Costerfield wool producer John (Jack) Harris knows his way around a mob of sheep, and has had plenty of good sheepdogs in his time.
Mr Harris can recall riding an old horse to school near the family’s Costerfield farm. These days he rides a quad bike mustering or droving on Pine Grove but one thing that’s remained a constant for this active 76-year-old is a well-trained working dog — or several. With about 4500 sheep on the property, he says, ‘‘it’s a must’’.
You have several dogs here but these two are ‘‘top dogs’’. What are their names?
Ralph is the red dog, he’s really my son Neil’s dog, and the black-and-tan is Bree.
Tell us their histories.
Neil was out wool-classing and this fellow bought a stud bitch in and said he’d had her mated up so Neil said we’d like a pup. He rang a couple of months later and she’d had two bitches and three dogs. We went and picked a bitch but unfortunately we were in the ute not long after with the grandkids holding her and she jumped out the window and was run over. I couldn’t believe it. We went back and asked for the other bitch the breeder had planned to keep; finally he agreed to sell her — he warned us not to let this one get run over.
Neil had Ralph at the time so I broke Bree in. She’s a very good yard dog, she was always a natural.
He’s 11 now and she’d be 10. We bred Ralph: he was by one of (Nagambie-based) Frank Boyer’s kelpies out of Star, who came from Cobar.
How do they get on?
They get on well and we’d hoped to breed with them but it never seemed to happen. Then we were shearing in January and they finally got together. She only had one pup and we call her Ree.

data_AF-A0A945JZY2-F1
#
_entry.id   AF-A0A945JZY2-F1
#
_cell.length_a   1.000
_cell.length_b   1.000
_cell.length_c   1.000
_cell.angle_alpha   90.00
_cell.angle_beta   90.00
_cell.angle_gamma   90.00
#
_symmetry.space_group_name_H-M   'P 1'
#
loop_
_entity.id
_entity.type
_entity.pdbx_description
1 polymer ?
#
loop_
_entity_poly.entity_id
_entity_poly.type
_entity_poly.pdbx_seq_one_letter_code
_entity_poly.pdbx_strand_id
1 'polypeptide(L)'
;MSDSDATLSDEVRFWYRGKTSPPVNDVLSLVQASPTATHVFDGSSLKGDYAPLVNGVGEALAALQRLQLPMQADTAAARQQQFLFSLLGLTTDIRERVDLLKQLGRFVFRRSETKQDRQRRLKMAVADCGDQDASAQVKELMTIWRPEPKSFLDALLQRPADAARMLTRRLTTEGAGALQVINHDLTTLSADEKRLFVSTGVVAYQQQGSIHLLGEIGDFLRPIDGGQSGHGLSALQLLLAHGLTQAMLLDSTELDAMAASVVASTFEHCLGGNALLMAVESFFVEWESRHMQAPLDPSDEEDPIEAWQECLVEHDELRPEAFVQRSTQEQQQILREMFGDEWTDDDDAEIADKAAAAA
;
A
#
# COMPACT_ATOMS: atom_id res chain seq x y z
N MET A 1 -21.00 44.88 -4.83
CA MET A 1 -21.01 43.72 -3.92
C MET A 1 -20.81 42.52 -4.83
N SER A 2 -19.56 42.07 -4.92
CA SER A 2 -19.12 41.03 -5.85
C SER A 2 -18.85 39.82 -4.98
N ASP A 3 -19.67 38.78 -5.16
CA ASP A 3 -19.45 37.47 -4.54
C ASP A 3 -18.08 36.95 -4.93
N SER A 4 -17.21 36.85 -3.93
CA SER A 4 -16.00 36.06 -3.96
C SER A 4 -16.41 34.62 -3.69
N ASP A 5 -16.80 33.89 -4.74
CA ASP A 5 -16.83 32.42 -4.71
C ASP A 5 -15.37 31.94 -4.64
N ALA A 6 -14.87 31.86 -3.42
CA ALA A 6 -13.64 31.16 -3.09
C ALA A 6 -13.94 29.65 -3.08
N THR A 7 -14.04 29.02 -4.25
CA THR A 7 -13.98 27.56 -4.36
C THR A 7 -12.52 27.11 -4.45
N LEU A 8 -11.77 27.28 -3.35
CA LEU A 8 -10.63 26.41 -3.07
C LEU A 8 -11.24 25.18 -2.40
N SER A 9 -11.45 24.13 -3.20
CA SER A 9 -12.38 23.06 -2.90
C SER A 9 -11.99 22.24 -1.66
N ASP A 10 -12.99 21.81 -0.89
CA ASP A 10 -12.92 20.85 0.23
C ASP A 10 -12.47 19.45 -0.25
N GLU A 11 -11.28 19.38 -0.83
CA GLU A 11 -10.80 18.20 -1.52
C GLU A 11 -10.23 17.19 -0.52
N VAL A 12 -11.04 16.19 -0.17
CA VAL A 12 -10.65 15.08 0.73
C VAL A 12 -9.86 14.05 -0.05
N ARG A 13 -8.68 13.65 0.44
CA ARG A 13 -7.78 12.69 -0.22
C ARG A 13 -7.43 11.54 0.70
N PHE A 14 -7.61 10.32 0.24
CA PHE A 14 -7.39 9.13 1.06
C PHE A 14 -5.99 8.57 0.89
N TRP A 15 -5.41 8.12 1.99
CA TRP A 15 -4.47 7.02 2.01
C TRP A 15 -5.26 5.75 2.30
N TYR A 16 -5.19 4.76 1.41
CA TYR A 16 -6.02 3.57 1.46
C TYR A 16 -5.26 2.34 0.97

You would have been pleased because you value the bloodline.
Yes. Ralph’s mother Star was a very good worker. She used to jump in the ute — I like them to travel on the floor in the front — and I could let her out and I’d drive along the fenceline and she’d bring the sheep in to me.
I came in one day and said to Neil, ‘‘I got that mob in without saying a word to her, she just jumped out and did it.’’
What are the best things about Ralph and Bree?
Bree’s a one-man dog; she’s like a shadow. She’ll tear in and work on command but she works close, always close.
(Neil answers) Ralph’s just a gem, he’s a good old worker. He never lets you down. He can work two or three sheep or a mob of 4000. He’s a heavy enough dog to hold a fly-struck sheep down (so it can be treated), and he has lots of force.
Does he have any bad habits?
Rabbits. That’s probably Ralph’s weakness — chasing rabbits, they’re more interesting than sheep.
With working dogs is it instinct or training?
(John continues) It’s training but it’s in the (dog’s) brain. I don’t often work two dogs together — one ship, one captain. My father was known for a good breed of dog and he rubbed a bit off on me. But he reckoned good dogs went out with horses and carts. I believe the more you use the dogs the more experienced you get.
What do they eat?
Cubes: Coprice or Pedigree, and cans.
Where do they sleep?
In their kennels. They’re in the shade at the moment but we move them in the winter when it gets too cold. They are tied up every night: they’re too valuable to lose.